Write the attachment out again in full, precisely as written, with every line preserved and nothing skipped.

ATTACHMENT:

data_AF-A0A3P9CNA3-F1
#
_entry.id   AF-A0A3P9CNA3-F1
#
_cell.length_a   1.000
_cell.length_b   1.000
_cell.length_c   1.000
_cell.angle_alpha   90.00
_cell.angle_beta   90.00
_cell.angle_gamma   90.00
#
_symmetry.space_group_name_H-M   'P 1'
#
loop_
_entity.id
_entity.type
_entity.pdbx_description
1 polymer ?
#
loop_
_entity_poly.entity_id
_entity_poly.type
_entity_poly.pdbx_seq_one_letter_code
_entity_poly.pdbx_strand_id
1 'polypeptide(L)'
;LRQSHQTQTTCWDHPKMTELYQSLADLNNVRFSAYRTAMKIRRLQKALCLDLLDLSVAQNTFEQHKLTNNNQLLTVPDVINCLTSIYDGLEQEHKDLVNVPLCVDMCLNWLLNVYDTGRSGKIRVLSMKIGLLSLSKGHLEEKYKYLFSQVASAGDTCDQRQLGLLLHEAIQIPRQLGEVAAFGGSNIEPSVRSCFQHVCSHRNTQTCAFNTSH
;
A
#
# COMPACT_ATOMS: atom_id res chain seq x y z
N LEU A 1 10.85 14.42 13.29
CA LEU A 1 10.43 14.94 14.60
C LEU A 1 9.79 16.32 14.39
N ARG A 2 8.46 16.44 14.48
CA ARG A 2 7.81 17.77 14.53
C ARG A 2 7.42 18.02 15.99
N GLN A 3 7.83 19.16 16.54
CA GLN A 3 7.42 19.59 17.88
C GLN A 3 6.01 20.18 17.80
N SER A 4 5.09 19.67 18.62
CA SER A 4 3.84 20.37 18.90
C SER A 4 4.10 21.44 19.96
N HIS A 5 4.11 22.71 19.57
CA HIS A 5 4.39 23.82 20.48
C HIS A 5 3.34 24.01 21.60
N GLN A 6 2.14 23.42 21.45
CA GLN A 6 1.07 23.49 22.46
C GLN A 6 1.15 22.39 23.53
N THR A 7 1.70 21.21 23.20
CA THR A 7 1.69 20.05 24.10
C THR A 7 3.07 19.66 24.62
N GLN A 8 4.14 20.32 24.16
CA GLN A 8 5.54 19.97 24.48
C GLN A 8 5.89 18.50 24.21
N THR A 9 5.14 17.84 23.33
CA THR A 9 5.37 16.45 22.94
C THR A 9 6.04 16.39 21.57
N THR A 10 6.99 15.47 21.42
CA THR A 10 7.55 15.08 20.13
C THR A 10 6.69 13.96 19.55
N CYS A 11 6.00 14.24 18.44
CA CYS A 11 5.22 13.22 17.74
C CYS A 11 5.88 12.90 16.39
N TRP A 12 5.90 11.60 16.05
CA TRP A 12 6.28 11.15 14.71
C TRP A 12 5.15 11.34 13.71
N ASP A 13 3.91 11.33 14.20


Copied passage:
data_AF-A0A3P9CNA3-F1
#
_entry.id   AF-A0A3P9CNA3-F1
#
_cell.length_a   1.000
_cell.length_b   1.000
_cell.length_c   1.000
_cell.angle_alpha   90.00
_cell.angle_beta   90.00
_cell.angle_gamma   90.00
#
_symmetry.space_group_name_H-M   'P 1'
#
loop_
_entity.id
_entity.type
_entity.pdbx_description
1 polymer ?
#
loop_
_entity_poly.entity_id
_entity_poly.type
_entity_poly.pdbx_seq_one_letter_code
_entity_poly.pdbx_strand_id
1 'polypeptide(L)'
;LRQSHQTQTTCWDHPKMTELYQSLADLNNVRFSAYRTAMKIRRLQKALCLDLLDLSVAQNTFEQHKLTNNNQLLTVPDVINCLTSIYDGLEQEHKDLVNVPLCVDMCLNWLLNVYDTGRSGKIRVLSMKIGLLSLSKGHLEEKYKYLFSQVASAGDTCDQRQLGLLLHEAIQIPRQLGEVAAFGGSNIEPSVRSCFQHVCSHRNTQTCAFNTSH
;
A
#
# COMPACT_ATOMS: atom_id res chain seq x y z
N LEU A 1 10.85 14.42 13.29
CA LEU A 1 10.43 14.94 14.60
C LEU A 1 9.79 16.32 14.39
N ARG A 2 8.46 16.44 14.48
CA ARG A 2 7.81 17.77 14.53
C ARG A 2 7.42 18.02 15.99
N GLN A 3 7.83 19.16 16.54
CA GLN A 3 7.42 19.59 17.88
C GLN A 3 6.01 20.18 17.80
N SER A 4 5.09 19.67 18.62
CA SER A 4 3.84 20.37 18.90
C SER A 4 4.10 21.44 19.96
N HIS A 5 4.11 22.71 19.57
CA HIS A 5 4.39 23.82 20.48
C HIS A 5 3.34 24.01 21.60
N GLN A 6 2.14 23.42 21.45
CA GLN A 6 1.07 23.49 22.46
C GLN A 6 1.15 22.39 23.53
N THR A 7 1.70 21.21 23.20
CA THR A 7 1.69 20.05 24.10
C THR A 7 3.07 19.66 24.62
N GLN A 8 4.14 20.32 24.16
CA GLN A 8 5.54 19.97 24.48
C GLN A 8 5.89 18.50 24.21
N THR A 9 5.14 17.84 23.33
CA THR A 9 5.37 16.45 22.94
C THR A 9 6.04 16.39 21.57
N THR A 10 6.99 15.47 21.42
CA THR A 10 7.55 15.08 20.13
C THR A 10 6.69 13.96 19.55
N CYS A 11 6.00 14.24 18.44
CA CYS A 11 5.22 13.22 17.74
C CYS A 11 5.88 12.90 16.39
N TRP A 12 5.90 11.60 16.05
CA TRP A 12 6.28 11.15 14.71
C TRP A 12 5.15 11.34 13.71
N ASP A 13 3.91 11.33 14.20